Fluid-filled sacs or pockets in an ovary or on its surface are called an ovarian cyst. Women have two ovaries each about the size and shape of almond on each side of the uterus. Eggs (ova), which develop and mature in the ovaries, are released in monthly cycles during the childbearing years.
In most cases, ovarian cysts are accompanied by little or no discomfort and are harmless. Most of the time it disappears without treatment within a few months. Ovarian cysts cause serious symptoms if it breaks.
Most cysts don’t cause symptoms and go away on their own. However, a large ovarian cyst can cause:
- Pelvic pain a dull or sharp ache in the lower abdomen on the side of the cyst
- Fullness or heaviness in your abdomen
When to see a doctor
Seek immediate medical attention if you have:
- Sudden, severe abdominal or pelvic pain
- Pain with fever or vomiting
If you experience shock cold, clammy skin; rapid breathing; and lightheadedness or weakness seek medical checkup.
Most ovarian cysts develop as a result of your menstrual cycle (functional cysts). Other types of cysts are much less common.
Your ovaries normally grow cyst-like structures called follicles each month. Follicles produce the hormones estrogen and progesterone and release an egg when you ovulate.
If a normal monthly follicle keeps growing, it’s known as a functional cyst. There are two types of functional cysts:
- Follicular cyst around the midpoint of your menstrual cycle, an egg bursts out of its follicle and travels down the fallopian tube. A follicular cyst begins when the follicle doesn’t rupture or release its egg but continues to grow.
- Corpus luteum cyst when a follicle releases its egg, it begins producing estrogen and progesterone for conception. This follicle is now called the corpus luteum. Sometimes, fluid accumulates inside the follicle, causing the corpus luteum to grow into a cyst.
Functional cysts are usually harmless, rarely cause pain, and often disappear on their own within two or three menstrual cycles.
Types of cysts not related to the normal function of your menstrual cycle include:
- Dermoid cysts also referred to as teratomas can contain tissue, such as hair, skin, or teeth because they form from embryonic cells. They’re rarely cancerous.
- Cystadenomas develop on the surface of an ovary and might be filled with a watery or a mucous material.
- Endometriomas develop as a result of a condition in which uterine endometrial cells grow outside your uterus (endometriosis). Some of the tissue can attach to your ovary and form a growth.
Dermoid cysts and cystadenomas can become large, causing the ovary to move out of position. This increases the chance of painful twisting of your ovary, called ovarian torsion. Ovarian torsion may also result in decreasing or stopping blood flow to the ovary.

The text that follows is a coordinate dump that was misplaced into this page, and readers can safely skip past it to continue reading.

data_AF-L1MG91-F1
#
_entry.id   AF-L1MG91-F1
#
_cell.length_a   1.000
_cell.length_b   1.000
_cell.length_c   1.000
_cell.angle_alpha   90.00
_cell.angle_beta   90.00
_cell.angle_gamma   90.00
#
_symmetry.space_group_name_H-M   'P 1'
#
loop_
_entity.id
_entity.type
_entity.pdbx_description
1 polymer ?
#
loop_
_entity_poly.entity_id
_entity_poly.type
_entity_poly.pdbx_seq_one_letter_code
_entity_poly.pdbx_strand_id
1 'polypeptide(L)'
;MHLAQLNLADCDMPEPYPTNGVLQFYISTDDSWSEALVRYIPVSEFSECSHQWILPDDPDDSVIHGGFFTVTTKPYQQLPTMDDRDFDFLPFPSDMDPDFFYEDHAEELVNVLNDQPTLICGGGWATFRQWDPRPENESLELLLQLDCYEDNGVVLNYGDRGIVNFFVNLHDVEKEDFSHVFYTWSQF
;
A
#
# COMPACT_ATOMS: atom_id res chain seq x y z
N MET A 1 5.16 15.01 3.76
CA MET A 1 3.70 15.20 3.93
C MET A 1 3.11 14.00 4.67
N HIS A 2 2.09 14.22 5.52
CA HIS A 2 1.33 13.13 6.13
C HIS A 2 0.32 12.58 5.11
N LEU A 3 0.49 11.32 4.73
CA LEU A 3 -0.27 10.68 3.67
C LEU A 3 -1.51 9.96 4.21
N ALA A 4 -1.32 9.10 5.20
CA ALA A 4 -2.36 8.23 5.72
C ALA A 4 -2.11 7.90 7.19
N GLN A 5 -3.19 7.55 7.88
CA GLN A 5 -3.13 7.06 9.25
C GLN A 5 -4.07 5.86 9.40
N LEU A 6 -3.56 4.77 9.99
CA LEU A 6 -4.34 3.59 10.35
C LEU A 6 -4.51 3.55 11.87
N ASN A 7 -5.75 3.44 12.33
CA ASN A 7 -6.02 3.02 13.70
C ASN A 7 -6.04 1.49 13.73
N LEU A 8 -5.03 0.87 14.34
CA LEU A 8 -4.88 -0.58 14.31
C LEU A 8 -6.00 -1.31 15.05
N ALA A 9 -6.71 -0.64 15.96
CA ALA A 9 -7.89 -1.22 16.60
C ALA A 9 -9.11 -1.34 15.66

Some risk factors of ovarian cyst include;
- Hormonal problems include taking the fertility drug clomiphene (Clomid), which is used to cause you to ovulate.
- Pregnancy sometimes, the cyst that forms when you ovulate stays on your ovary throughout your pregnancy.
- Endometriosis This condition causes uterine endometrial cells to grow outside your uterus. Some of the tissue can attach to your ovary and form a growth.
- A severe pelvic infection which cause cysts if it spreads to the ovaries.
- A previous ovarian cyst.
Some women develop less common types of cysts that a doctor finds during a pelvic exam. Cystic ovarian masses that develop after menopause might be cancerous (malignant). That’s why it’s important to have regular pelvic exams.
Infrequent complications associated with ovarian cysts include:
- Ovarian torsion these are cysts that enlarge can cause the ovary to move, increasing the chance of painful twisting of your ovary (ovarian torsion). Symptoms can include an abrupt onset of severe pelvic pain, nausea, and vomiting. Ovarian torsion can also decrease or stop blood flow to the ovaries.
- Rupture this is a cyst that ruptures can cause severe pain and internal bleeding. The larger the cyst, the greater the risk of rupture. Vigorous activity that affects the pelvis, such as vaginal intercourse, also increases the risk.
There is no permanent cure for ovarian cyst. Regular pelvic examinations help ensure that changes in your ovaries are diagnosed as early as possible. Keep note of any changes in your monthly cycle, including unusual menstrual symptoms, especially ones that persist for more than a few cycles.